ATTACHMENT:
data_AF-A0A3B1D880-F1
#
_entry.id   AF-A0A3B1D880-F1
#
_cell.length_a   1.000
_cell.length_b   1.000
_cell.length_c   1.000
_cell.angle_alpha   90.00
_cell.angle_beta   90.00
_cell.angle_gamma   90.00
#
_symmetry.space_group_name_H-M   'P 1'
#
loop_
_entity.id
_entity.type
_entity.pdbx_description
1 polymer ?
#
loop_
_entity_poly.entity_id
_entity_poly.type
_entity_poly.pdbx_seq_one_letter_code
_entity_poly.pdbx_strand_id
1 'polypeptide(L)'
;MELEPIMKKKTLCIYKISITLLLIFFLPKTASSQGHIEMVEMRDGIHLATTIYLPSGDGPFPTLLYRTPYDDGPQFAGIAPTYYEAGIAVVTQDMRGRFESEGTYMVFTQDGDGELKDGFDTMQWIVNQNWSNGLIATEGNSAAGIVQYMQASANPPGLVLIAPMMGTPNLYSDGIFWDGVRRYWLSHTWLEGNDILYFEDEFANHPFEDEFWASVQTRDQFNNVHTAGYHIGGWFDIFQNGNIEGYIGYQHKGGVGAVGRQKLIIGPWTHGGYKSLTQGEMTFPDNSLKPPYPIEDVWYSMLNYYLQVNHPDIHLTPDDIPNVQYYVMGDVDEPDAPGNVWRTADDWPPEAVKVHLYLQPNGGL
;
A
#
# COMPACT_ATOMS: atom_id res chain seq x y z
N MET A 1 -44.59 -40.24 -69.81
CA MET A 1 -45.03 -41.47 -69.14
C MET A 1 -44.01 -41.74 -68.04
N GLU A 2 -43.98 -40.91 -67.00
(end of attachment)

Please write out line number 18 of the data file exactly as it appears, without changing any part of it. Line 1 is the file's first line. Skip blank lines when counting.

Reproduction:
1 polymer ?